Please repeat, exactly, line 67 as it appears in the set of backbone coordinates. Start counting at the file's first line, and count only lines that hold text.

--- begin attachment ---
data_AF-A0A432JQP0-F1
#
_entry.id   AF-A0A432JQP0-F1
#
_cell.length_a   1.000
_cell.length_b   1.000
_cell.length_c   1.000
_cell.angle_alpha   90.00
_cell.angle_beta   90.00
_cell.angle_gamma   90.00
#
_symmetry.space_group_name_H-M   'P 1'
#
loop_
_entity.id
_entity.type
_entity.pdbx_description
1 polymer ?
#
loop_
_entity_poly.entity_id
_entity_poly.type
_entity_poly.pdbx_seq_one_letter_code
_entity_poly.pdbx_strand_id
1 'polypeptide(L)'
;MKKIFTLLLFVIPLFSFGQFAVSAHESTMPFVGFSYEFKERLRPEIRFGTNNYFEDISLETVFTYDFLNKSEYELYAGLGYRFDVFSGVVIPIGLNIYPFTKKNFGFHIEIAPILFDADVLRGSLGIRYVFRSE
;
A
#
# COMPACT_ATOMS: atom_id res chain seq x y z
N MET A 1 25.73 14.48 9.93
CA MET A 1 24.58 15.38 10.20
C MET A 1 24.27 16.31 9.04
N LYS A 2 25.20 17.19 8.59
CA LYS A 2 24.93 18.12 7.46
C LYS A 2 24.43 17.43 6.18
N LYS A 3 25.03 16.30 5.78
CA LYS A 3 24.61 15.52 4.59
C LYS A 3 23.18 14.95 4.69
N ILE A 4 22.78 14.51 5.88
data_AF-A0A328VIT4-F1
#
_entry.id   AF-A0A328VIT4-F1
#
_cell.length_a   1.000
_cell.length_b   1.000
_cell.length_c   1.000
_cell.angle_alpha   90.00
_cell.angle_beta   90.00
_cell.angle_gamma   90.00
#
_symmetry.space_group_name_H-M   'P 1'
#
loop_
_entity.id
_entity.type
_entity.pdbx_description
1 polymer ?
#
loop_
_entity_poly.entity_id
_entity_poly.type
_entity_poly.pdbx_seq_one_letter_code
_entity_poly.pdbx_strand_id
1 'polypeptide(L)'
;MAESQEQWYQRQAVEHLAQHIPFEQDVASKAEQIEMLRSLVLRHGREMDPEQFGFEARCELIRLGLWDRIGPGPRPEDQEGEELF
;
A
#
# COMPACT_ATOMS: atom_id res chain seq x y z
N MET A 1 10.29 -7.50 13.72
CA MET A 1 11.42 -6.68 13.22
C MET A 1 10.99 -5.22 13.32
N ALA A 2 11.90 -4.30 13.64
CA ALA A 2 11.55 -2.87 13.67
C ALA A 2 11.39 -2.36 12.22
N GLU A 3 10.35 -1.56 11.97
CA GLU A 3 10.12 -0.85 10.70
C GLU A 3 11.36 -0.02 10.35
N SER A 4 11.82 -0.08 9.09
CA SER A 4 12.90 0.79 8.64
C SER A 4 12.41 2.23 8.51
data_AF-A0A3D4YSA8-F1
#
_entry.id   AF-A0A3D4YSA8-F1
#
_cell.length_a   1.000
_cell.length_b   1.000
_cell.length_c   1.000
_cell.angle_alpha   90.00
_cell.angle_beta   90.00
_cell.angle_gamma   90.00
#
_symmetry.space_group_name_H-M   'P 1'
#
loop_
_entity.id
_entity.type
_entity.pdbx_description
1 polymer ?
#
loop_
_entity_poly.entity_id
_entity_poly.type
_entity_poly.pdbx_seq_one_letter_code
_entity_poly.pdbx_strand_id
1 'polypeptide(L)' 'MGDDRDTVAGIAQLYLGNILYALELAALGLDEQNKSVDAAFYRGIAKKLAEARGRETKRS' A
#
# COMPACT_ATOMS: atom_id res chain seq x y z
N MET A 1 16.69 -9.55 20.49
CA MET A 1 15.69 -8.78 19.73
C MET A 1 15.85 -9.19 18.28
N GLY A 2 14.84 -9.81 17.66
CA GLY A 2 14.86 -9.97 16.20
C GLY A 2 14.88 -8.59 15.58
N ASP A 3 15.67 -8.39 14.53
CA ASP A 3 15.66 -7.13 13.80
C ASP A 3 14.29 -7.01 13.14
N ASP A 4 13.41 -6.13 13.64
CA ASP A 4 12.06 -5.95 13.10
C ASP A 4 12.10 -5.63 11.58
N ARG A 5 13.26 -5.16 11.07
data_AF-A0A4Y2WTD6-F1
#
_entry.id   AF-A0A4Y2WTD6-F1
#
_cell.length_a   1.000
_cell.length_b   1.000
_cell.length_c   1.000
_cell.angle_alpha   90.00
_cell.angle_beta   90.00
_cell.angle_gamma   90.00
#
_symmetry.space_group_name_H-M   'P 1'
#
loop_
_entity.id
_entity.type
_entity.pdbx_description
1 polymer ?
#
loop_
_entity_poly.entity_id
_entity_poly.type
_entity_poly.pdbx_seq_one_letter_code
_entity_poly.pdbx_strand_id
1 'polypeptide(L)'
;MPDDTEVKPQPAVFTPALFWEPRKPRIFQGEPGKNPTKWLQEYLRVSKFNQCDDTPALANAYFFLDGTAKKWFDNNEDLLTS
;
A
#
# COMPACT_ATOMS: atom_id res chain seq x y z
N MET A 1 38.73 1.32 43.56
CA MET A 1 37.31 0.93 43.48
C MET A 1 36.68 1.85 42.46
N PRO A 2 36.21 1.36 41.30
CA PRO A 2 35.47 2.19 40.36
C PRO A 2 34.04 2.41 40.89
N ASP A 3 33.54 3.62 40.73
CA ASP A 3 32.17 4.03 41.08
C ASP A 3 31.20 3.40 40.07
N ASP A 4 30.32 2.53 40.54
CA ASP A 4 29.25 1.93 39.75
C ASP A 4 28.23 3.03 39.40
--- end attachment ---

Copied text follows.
;